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What did we learn from Northwestern's 102-52 win over McKendree?

Can anything be gained from the Wildcats' destruction of McKendree?

Jerry Lai-USA TODAY Sports

Well, that was fun.

From Sanjay Lumpkin getting beat in the "how many presidents can you name in 15 seconds" game by a young girl to Gavin Skelly's put-back dunk to Bryant McIntosh running the point in a way Northwestern point guards have not in the past, the Wildcats' 102-52 win over Division-II McKendree in an exhibition game Friday night was a nice way to kickoff Chris Collins' second year at the helm.

Yes, Northwestern did play McKendree and yes, Northwestern did get away with some mistakes that most teams would have taken better advantage of, but there were still a bunch of important takeaways from the scrimmage that that are interesting indicators for the rest of the season.

Versatility and Defense

"Versatility" could be Collins' buzz word this season. He loves it.

Last season, for example, he was stuck playing just seven or eight guys per contest and most of them were players that were pigeon-holed into a specific role on the team. On Friday, Northwestern came out with a starting group that was able to switch all perimeter screens and exchanges.

With Lumpkin, McIntosh, JerShon Cobb and Vic Law on the perimeter, Northwestern had a lot of flexibility on the defensive end. That lineup, along with center Alex Olah, played a team-high eight minutes in the contest and gave up just two points to McKendree.

In other defensive news, Olah continued to be an underrated rim protector. Last season, the big man blocked almost two shots per game even with the reputation as an underwhelming defender. He knocked away four shots Friday night. Lumpkin also got four and freshman guard Scottie Lindsey blocked two more. Although McKendree had no interior size to bother Northwestern, Olah, Lumpkin and Lindsey all did a nice job moving their feet to get into a position to block a shot and seldom fouled.

On the perimeter, Johnnie Vassar was a guy who really stood out. The ultra-athletic freshman point guard was a little out of control on offense, but his defense could be a weapon for Northwestern this season. He is willing to pick up the opponent's primary ball-handler in the backcourt and force him to struggle to get the ball over mid-court. Collins called him a "change-of-pace" guy who can bring it as a defensive spark.

"We made shots, which was nice."

Yes, Chris Collins really did say that in the postgame press conference.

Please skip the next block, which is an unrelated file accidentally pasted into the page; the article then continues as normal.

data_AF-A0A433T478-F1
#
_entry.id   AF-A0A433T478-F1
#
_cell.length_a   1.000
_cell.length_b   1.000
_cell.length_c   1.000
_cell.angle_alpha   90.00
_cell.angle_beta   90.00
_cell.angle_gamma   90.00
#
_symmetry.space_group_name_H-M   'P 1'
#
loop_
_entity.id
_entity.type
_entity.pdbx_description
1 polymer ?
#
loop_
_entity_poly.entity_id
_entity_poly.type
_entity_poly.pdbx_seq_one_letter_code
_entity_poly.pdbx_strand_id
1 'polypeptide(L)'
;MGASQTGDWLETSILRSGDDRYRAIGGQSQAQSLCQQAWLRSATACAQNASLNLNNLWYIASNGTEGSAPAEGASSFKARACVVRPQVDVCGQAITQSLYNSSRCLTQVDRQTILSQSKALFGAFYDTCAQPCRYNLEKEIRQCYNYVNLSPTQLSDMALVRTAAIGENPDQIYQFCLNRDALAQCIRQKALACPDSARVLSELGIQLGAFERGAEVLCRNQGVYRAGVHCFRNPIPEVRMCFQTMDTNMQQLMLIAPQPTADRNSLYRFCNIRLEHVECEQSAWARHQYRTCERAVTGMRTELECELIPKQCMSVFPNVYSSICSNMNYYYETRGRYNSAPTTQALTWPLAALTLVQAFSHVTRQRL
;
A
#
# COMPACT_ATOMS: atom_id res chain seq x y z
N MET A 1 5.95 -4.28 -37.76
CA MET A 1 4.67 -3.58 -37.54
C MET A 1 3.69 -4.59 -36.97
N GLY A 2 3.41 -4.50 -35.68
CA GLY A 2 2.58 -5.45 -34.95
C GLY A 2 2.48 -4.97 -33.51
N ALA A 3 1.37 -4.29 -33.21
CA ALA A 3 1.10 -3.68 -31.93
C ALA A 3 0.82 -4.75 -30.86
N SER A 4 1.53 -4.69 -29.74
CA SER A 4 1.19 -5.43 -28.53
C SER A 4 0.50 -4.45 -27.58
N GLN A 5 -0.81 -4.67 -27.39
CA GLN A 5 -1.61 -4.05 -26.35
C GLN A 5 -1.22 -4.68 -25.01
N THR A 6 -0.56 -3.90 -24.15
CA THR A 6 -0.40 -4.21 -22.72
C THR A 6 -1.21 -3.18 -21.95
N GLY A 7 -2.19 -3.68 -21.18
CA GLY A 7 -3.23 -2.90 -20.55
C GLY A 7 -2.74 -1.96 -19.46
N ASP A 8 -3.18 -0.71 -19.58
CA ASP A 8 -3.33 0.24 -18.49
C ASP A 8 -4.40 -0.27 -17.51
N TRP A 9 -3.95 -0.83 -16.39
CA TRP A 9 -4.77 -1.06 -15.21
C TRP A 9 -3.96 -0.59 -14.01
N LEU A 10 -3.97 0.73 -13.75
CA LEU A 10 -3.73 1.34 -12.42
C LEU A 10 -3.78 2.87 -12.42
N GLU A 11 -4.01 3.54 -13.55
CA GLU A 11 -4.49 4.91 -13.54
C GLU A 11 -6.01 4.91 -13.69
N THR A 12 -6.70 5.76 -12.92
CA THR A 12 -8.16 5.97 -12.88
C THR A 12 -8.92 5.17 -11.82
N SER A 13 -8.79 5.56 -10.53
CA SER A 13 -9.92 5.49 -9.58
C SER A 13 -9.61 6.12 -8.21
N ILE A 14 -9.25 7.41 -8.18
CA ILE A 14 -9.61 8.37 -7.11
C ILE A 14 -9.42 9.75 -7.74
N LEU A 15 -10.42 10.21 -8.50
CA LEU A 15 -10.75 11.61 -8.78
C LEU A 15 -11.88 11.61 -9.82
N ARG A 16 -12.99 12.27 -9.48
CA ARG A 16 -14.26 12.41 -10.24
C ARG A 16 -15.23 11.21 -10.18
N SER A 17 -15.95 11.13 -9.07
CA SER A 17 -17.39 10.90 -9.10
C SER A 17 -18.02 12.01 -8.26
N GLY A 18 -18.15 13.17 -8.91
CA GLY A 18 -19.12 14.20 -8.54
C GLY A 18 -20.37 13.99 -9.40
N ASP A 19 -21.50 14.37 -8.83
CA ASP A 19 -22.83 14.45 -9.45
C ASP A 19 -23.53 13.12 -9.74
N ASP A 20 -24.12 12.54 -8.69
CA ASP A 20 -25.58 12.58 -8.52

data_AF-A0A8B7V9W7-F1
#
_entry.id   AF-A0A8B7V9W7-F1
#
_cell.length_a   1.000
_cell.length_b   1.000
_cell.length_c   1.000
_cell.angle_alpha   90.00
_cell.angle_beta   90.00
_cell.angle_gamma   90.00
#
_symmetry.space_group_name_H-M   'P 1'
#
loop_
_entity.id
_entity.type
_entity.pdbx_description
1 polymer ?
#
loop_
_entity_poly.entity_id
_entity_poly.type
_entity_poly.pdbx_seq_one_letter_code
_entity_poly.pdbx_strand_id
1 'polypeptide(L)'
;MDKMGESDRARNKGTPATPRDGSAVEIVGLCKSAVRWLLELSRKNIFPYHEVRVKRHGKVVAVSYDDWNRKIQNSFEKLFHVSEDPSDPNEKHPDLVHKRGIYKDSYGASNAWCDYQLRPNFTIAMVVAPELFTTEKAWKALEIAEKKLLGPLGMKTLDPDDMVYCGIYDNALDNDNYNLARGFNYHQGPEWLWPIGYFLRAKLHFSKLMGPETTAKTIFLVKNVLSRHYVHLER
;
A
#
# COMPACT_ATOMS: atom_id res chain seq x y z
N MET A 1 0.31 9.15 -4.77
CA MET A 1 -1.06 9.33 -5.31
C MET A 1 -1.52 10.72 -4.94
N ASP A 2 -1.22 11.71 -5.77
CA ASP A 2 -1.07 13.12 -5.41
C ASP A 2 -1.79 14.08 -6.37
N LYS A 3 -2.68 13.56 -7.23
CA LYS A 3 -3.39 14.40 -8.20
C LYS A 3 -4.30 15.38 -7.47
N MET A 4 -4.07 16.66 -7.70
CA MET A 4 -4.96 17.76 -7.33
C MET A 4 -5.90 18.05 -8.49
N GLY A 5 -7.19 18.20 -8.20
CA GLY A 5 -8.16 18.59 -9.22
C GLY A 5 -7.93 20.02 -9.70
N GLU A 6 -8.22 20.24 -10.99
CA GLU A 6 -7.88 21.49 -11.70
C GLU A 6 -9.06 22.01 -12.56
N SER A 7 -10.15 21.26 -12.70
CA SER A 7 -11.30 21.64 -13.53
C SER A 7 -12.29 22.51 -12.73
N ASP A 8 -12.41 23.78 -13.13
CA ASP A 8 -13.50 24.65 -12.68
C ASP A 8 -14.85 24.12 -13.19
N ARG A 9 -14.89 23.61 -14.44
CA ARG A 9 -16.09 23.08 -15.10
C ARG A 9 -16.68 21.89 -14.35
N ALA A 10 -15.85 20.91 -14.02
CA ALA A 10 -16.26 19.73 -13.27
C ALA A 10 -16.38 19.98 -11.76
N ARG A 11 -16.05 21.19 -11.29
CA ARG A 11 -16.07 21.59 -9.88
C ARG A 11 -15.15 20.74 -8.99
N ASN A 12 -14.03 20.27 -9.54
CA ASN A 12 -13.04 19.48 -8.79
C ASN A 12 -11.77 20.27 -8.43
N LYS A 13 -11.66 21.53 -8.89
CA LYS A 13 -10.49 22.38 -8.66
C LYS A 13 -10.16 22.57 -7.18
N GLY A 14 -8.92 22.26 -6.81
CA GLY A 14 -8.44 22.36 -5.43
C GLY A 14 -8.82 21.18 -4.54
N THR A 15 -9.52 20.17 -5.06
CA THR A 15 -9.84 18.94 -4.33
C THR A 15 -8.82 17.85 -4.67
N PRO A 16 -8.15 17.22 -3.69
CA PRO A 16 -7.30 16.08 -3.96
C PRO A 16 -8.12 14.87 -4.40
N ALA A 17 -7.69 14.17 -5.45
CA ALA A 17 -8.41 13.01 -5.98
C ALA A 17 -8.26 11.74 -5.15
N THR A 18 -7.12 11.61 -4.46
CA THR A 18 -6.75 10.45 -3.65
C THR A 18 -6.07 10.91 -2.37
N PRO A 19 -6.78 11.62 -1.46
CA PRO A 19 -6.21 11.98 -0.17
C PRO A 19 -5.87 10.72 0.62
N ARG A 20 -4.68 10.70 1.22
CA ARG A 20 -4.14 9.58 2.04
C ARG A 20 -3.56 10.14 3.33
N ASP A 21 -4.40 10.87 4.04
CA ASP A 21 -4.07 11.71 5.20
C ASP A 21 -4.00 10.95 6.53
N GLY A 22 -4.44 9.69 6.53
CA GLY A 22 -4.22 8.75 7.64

Northwestern shot an astounding 71.9 percent from the field and 71.4 percent from three. The team's effective field goal percentage was 80.1 percent. Shooting is something that can translate no matter the opponent and Northwestern was really effective Friday night.

But it wasn't only important that the Wildcats hit their shots, but it was also nice to see where they came from. Northwestern took a bunch of open corner threes last night, the second-most efficient shot in basketball aside from shots at the rim. A few of them were generated from fast break opportunities where the secondary break generated spot up looks in the corner but most of them were created due to penetration, something Northwestern lacked last season.

McIntosh's ability to get into the lane on pick and rolls was huge for the team's ability to get open kickouts due to the defense collapsing on the painted area. Collins really like his decision making and it showed with his 11 assists and just two turnovers.

Runnin' Runnin' and Runnin' Runnin... (and turnovers)

Evoking images of the Black Eyed Peas, Northwestern scored 22 fastbreak points against McKendree and showed how important team speed and athleticism are in Collins' scheme. McIntosh was able to push the ball and kept the team organized when running while Law and Lindsey, especially, did a great job of running the wings as their dives to the rim were often met with a McIntosh bounce pass. Gavin Skelly did a great job as a trailer, picking up a nice dunk toward the end of the contest.

It was impressive to see and fun to watch, but even so, Northwestern lost  the turnover battle. With 16 turnovers to McKendree's 15, that has to be concerning for the Wildcats. And it wasn't as if the Bearcats were forcing Northwestern into tough situations. There were some miscommunications and sloppy plays that need to be fixed up in the coming weeks.

But with that being said, one thing is clear from Friday night: this team will be more fun than last year's.